As Donald Trump would say: “Not so good. Not so good.”
This past week has

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Q2 Earnings Review—–Wall Street Hockey Stick Hopes Still Rampant

September 1, 2016

With roughly 97% of the S&P 500 having reported earnings, as of the end of August, we can take a closer look at the results through the 2nd quarter of the year. Despite the exuberance from the media over the “number of companies that beat estimates” during the most recent reported period, 12-month operating earnings per share FELL from $98.61 per share in Q1 to $98.33 which translates into a quarterly decrease of 0.2%. While operating earnings are widely discussed by analysts and the general media; there are many problems with the way in which these earnings are derived due to one-time charges, inclusion/exclusion of material events, and outright manipulation to “beat earnings.”
Therefore, from a historical valuation perspective, reported earnings are much more relevant in

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Bubbles And Elevators

August 31, 2016

By Michael Lebowitz, CFA

Volumes have been written on behavioral finance and the seemingly “irrational” decisions investors tend to make to avoid straying from the herd. This article examines a current example coined “FOMO” (fear of missing out), in today’s texting parlance. Through a better understanding of the psychological dynamics of bubble mentality, we hope to help investment managers better grasp the complex role they must play when their concern for poor expected returns and higher levels of risk  are pitted against their client’s fear of not keeping pace with the market.
Candid Camera

Allen Funt and Candid Camera filmed a famous episode designed to show how humans tend to behave like each other, regardless of the logic in doing so. In their experiment, an unknowing man

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Debt, Deficits & Economic Warnings

August 29, 2016

While the world has been focused on the Federal Reserve, the markets, and the upcoming election, few have noticed the expansion of the deficit in recent months which is now in excess of $667 billion up from a recent low of $530 billion. The chart below shows the history of U.S. surplus/deficit:

During the financial crisis, the deficit ballooned to a record of $1.35 trillion as tax revenue declined as Government spending swelled. Importantly, the Federal Deficit was approaching 10% in 2009, a historical record for the U.S., but still remains at levels associated with weaker economic growth rates and recessions.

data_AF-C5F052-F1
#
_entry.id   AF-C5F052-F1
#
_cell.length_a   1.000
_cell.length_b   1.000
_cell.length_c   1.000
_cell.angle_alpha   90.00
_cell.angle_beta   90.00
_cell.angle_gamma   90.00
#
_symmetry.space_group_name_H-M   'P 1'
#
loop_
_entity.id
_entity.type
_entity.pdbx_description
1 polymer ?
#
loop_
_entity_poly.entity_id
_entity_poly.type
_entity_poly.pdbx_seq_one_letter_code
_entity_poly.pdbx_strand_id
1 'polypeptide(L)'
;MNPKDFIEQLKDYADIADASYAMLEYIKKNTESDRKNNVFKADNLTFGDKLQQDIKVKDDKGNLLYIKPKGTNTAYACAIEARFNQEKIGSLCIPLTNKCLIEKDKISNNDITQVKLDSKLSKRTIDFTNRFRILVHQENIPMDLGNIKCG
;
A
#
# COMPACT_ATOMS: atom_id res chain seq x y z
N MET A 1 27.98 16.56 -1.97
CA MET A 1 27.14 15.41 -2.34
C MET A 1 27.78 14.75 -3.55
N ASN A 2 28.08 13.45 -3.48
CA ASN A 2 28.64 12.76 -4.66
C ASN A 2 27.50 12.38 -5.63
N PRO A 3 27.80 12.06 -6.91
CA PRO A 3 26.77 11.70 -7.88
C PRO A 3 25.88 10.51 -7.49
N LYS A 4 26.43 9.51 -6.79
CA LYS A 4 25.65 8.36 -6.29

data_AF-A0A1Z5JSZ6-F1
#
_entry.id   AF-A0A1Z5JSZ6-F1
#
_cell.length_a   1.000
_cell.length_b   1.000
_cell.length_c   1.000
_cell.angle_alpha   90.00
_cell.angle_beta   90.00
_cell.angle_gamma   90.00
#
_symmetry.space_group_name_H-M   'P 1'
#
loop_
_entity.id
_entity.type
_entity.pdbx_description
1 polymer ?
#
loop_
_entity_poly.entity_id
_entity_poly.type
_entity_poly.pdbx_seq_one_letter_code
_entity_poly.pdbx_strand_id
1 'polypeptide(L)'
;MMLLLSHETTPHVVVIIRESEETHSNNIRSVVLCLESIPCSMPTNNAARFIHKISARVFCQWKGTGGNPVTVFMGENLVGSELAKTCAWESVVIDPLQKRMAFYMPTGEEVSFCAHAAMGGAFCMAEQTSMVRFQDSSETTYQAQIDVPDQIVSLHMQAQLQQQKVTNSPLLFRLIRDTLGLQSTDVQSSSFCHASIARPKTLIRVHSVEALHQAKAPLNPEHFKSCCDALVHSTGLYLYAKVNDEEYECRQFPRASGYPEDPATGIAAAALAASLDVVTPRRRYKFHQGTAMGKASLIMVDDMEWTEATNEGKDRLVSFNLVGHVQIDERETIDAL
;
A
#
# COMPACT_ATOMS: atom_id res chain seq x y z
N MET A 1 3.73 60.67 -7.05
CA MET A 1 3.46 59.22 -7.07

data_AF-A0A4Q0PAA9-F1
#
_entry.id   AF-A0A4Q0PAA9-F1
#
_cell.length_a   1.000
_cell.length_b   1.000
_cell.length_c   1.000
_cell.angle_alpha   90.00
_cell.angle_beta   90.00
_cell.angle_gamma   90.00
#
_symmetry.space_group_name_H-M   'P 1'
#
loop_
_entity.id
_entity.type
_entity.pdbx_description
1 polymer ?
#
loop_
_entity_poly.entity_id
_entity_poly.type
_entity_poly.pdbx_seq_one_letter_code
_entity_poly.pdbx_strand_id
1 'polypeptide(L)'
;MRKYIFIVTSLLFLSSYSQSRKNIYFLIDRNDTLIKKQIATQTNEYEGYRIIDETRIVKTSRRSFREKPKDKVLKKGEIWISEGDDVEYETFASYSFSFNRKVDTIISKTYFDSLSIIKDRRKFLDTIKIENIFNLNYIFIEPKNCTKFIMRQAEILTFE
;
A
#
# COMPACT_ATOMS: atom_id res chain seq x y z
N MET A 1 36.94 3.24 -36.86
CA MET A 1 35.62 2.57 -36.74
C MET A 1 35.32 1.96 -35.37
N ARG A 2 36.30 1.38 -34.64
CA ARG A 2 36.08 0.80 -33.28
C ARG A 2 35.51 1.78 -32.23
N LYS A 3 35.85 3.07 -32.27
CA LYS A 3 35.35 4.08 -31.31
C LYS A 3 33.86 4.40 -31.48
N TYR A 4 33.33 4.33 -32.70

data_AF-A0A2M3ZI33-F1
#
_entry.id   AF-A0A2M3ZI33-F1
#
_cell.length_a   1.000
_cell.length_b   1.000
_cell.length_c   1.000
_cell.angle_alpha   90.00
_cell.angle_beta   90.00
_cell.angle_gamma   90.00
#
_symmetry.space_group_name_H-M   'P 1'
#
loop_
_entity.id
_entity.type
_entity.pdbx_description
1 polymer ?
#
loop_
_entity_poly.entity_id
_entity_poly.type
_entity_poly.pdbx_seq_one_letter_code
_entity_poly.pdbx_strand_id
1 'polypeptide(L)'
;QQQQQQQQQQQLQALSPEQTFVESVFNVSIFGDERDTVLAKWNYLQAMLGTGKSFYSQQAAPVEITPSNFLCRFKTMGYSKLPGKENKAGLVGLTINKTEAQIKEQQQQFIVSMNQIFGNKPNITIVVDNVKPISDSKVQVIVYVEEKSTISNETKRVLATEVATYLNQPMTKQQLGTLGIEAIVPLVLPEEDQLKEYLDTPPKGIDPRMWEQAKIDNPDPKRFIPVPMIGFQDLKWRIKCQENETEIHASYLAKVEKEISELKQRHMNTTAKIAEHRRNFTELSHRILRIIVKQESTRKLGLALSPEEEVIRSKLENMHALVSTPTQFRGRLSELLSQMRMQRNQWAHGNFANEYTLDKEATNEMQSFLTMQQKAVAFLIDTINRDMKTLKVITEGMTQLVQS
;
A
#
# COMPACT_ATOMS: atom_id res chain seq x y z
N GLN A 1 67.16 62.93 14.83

The decline in the deficit was artificial in many ways as it was primarily due to the reforms from the “2011 Budget Control Act” which including tough spending cuts and a big tax

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Yellen Speaks Japanese

August 29, 2016

As Yellen spoke on Friday, the markets surged back into the trading range that we have been locked into for the past few weeks. Despite GDP being revised lower and economic data continuing to remain weak, the hopes for a strengthening economic recovery from the Fed remain. Here are Yellen’s key points:
On those headlines, the market rallied as the expectations for a September rate hike dissolved.
Remember, raising the Fed Funds rate is a tightening of monetary policy which withdraws liquidity from the financial markets. With fundamentals and

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Weekend Reading: The Coin Flip Market

August 26, 2016

As summer begins to fade, and kids return to school, the focus once again turns to the annual event of Central Bankers in Jackson Hole, Wyoming. However, if you only looked at the market as a gauge as to the excitement of the event, well it must have been one pretty boring after-party.

The current action is aligning more closely with a normal corrective event from an extreme overbought condition. During such a “normalized” market correction, the market should pull back to the most recent support, hold that support level and turn higher if the current bullish trend is to remain intact.
However, with all other indicators now pushing extreme levels, a correction from current levels could be somewhat larger than currently anticipated. As I discussed recently:
“However, there is a more than

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Three Things To Ponder—— $4 Trillion QE, VIX Update, Wage Warning

August 25, 2016